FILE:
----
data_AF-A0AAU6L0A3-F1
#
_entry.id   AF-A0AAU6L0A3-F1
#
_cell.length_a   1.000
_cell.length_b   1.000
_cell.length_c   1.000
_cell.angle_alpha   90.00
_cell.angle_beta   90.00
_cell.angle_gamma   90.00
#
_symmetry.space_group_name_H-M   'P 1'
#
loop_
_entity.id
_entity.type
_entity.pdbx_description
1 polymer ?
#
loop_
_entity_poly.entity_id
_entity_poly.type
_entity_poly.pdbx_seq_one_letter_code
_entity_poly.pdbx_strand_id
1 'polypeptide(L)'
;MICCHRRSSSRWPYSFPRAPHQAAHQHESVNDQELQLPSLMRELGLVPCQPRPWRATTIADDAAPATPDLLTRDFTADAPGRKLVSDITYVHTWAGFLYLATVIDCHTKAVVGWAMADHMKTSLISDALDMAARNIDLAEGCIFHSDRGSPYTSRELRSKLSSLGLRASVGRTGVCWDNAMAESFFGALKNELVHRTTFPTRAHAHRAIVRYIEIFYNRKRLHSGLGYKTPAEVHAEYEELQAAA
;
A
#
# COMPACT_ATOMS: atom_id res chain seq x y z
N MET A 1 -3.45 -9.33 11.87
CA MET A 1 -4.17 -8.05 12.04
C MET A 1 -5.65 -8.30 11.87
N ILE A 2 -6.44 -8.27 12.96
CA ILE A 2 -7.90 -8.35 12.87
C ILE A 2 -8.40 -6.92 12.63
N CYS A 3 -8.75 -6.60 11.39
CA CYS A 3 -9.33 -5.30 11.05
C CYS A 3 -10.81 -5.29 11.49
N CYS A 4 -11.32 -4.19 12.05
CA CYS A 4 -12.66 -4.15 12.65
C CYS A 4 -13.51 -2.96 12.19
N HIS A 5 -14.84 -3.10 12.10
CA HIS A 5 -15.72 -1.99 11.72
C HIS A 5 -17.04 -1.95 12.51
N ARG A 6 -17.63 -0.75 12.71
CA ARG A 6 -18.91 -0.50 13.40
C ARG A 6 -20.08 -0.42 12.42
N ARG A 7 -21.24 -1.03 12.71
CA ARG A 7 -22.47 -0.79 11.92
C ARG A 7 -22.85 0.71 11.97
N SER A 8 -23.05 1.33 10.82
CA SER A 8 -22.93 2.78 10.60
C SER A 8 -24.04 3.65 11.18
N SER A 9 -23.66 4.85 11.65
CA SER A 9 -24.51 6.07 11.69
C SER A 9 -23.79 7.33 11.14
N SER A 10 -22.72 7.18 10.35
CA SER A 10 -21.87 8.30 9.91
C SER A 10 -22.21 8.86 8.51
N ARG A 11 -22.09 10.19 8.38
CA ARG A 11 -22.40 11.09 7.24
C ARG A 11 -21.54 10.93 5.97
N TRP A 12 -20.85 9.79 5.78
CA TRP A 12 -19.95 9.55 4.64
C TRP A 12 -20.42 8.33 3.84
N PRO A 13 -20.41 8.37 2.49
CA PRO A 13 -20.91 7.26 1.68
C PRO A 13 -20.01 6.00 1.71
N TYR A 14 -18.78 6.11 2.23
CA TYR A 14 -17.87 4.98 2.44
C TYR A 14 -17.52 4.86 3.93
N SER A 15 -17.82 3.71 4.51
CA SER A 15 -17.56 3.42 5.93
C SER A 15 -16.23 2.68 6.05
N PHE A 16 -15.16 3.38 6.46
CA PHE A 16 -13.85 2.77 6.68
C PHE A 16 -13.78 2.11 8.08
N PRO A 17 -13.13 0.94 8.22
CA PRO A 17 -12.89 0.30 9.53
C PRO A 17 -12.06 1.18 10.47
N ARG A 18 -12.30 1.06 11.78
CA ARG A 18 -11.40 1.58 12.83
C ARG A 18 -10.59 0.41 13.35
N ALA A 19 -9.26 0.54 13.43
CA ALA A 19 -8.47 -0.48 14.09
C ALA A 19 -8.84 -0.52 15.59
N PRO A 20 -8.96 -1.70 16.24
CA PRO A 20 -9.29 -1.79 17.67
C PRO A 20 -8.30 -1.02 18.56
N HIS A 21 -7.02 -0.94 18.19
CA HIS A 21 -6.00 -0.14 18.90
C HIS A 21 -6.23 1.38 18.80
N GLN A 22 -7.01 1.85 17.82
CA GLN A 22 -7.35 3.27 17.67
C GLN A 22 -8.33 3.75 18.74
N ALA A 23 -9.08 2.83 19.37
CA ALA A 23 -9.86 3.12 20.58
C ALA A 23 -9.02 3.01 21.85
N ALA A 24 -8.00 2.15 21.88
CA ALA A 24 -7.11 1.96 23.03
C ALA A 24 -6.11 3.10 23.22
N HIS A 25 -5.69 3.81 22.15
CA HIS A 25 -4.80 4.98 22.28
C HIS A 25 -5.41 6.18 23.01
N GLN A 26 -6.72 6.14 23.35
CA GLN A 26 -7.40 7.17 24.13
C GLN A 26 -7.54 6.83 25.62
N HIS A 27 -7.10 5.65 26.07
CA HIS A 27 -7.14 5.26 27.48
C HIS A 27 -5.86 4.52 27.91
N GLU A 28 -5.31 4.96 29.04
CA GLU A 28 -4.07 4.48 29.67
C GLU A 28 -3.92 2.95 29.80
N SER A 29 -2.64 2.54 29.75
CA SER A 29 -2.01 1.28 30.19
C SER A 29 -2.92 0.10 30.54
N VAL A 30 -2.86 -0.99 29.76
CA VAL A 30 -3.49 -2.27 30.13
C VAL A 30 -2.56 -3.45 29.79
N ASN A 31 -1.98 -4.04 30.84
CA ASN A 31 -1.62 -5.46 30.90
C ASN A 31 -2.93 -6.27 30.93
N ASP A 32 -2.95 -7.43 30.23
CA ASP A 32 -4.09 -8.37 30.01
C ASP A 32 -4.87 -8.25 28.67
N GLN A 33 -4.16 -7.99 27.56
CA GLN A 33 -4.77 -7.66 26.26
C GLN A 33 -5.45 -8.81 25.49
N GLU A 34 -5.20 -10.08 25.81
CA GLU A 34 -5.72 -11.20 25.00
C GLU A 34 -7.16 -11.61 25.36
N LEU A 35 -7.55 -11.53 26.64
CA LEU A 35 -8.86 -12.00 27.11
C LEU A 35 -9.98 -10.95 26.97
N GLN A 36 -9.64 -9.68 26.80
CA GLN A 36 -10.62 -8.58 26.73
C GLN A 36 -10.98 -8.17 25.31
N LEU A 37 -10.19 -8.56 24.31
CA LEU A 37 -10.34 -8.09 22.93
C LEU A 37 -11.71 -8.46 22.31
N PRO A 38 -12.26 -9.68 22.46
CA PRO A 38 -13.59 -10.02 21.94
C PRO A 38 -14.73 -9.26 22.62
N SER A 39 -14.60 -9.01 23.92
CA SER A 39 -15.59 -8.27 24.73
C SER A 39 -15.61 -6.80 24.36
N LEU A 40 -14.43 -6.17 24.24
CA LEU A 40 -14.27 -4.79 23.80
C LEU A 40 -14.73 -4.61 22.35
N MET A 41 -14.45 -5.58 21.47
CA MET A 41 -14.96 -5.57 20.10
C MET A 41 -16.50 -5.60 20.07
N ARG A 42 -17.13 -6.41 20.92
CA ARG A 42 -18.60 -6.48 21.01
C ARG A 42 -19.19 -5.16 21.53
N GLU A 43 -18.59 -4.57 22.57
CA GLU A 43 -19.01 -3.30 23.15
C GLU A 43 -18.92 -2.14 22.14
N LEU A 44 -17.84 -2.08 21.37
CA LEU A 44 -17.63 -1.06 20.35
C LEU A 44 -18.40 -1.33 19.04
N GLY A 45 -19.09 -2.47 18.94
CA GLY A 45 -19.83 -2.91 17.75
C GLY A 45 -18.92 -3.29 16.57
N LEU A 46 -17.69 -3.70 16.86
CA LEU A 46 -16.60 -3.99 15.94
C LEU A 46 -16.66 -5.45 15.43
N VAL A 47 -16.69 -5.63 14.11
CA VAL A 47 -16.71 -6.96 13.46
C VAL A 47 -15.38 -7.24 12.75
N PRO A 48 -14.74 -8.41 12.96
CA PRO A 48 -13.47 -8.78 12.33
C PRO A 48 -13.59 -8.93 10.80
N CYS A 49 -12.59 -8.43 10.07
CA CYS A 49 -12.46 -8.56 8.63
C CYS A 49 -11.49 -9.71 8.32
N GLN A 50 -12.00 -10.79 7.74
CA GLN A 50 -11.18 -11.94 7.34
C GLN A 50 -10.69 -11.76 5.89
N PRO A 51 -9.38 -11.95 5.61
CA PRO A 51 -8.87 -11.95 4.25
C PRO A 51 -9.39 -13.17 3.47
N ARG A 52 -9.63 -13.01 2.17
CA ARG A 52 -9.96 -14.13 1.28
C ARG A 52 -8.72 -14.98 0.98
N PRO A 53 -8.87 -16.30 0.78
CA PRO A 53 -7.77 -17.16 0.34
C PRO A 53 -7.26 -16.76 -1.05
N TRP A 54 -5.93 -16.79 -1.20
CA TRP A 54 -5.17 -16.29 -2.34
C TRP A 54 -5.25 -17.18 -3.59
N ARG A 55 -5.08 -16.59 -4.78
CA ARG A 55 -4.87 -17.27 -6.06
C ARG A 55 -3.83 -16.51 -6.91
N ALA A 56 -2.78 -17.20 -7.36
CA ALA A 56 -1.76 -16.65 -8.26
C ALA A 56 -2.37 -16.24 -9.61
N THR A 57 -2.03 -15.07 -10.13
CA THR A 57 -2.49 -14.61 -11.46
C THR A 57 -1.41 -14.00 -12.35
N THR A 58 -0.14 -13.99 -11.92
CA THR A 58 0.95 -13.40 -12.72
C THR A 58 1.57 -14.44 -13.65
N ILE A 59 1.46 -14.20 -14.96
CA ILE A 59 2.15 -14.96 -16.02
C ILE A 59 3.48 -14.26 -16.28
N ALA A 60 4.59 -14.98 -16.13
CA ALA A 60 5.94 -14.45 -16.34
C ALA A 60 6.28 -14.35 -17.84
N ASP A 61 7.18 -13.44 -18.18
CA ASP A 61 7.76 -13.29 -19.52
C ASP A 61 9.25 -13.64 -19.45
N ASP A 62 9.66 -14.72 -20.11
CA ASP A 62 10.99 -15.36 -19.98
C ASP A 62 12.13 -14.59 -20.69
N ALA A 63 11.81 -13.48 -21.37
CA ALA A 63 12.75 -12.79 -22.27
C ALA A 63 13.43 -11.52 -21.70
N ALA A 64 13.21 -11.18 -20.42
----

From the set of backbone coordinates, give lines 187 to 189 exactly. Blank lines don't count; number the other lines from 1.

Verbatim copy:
N PRO A 53 -8.87 -16.30 0.78
CA PRO A 53 -7.77 -17.16 0.34
C PRO A 53 -7.26 -16.76 -1.05